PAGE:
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8 Movies Inspired by The Beatles

Mukta Gaikwad
When The Beatles sang about love and peace, it wasn't just to redeem their artistic values, it was rather to deliver a performance of effortless originality that won them fans and a legacy that remains unmatched even today. Here are 8 movies inspired by The Beatles that hold a much deeper meaning even today.
If someone thinks that peace and love are just a cliche that must have been left behind in the 60s, that's a problem. Peace and love are eternal.
― John Lennon
They influenced, inspired, and initiated. They rebelled, resolved, and reunited. Such was their music that it resonated for every seeker of a soulful serenity. The Beatles need no introduction. Needless to say, these fabulous four have been catalysts for creating a cultural phenomenon with the whole world taking a note of their perspective.
The Beatles not only made music, but were also in a constant search for a life more meaningful and thoughtful. Seeking peace, sometimes meditating, or sometimes stumbling upon reckless love, they made their journey to be the greatest musicians that the world would ever know.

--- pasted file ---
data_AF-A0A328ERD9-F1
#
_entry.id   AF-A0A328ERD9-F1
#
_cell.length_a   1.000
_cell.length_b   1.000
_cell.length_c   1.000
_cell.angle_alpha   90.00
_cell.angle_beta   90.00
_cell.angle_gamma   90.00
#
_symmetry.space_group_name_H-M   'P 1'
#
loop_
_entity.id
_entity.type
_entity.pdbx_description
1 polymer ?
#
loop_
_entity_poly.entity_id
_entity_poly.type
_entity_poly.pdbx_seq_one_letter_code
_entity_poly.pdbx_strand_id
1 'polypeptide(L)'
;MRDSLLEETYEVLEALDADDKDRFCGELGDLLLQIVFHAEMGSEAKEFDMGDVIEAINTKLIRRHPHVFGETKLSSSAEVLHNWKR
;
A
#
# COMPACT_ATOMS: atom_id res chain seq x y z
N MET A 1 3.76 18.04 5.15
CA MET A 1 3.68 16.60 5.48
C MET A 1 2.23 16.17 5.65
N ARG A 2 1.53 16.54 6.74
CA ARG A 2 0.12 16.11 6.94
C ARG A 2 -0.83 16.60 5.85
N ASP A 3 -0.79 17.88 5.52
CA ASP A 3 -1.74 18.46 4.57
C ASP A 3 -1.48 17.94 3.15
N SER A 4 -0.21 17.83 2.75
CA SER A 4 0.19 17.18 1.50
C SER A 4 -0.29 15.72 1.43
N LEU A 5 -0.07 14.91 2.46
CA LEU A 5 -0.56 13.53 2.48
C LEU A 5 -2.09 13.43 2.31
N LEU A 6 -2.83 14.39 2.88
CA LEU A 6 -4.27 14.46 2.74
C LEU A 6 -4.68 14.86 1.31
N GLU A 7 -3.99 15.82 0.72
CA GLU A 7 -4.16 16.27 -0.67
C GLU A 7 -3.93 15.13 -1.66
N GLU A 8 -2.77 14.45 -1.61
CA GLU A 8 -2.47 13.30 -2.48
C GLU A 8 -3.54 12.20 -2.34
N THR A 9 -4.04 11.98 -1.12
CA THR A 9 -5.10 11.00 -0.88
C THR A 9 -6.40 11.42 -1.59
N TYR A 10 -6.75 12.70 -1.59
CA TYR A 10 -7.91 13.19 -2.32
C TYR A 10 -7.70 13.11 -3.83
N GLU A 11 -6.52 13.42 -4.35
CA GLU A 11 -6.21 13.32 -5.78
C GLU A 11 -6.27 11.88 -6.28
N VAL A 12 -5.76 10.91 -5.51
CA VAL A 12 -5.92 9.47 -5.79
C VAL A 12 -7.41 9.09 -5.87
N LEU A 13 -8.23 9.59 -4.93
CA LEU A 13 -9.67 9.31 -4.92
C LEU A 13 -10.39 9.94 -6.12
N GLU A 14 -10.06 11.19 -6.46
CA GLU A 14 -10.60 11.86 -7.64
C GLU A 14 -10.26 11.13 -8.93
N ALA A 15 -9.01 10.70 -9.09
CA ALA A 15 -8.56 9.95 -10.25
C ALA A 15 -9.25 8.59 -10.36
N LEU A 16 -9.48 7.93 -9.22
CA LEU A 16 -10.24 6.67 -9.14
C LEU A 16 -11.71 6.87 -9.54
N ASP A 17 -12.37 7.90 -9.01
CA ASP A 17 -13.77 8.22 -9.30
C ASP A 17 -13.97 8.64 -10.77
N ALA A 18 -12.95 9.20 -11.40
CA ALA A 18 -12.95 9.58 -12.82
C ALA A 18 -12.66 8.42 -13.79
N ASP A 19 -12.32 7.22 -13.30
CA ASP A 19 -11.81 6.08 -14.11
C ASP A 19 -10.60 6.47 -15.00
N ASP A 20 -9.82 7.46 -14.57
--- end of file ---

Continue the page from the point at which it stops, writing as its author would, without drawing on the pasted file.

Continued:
Their much intriguing lives have been talked about, filmed about, and documented about. However, what remains a greater ode is the number of artwork these four inspired. Here's a list of movies that The Beatles become an inspiration for in ways both, subtle and unsubtle.


Released: NOVEMBER 12, 1976

Lost in the list of movies revolving around The Beatles, the 1976 All This and World War II is a rather peculiar film.
Put together with newsreel footage of World War II, this film uses lyrical compositions of The Beatles as a near perfect narrative. This film is neither a historical take of the events, nor a documentary.
It is in fact an anti-war film that may have been inspired by the simple, yet thought-provoking lyrics of the British band. This is one of the movies that put members of The Beatles in the backseat and only let its music play for all the world and the war it had witnessed.


Released:APRIL 21, 1978

Every couple of years, we stumble upon films that transcend its conventional purpose of entertainment with a hope to achieve something more ambitious.
The 1978 'I Wanna Hold Your Hand' was a film that was inspired by one such phenomenon (and not just a film) of that generation that gripped the world by the storm. It was a film that hoped to document, to reflect, and capture the madness called the Beatlemania.
Inspired by the magic that this rock 'n' roll band conjured for millions of fans―who were divided over continents, castes, and creeds―this film brings in quite an interesting paradox in the film. The plot revolves around The Beatles arriving on the Ed Sullivan Show for the first time, which earned them worldwide recognition.
The film tirelessly captures the enthusiastic energy of the fans, their hysteria, their blind, unconditional love, and most importantly, the unerasable influence that The Beatles had and were to leave behind in the years to come. However, we never see the fabulous four.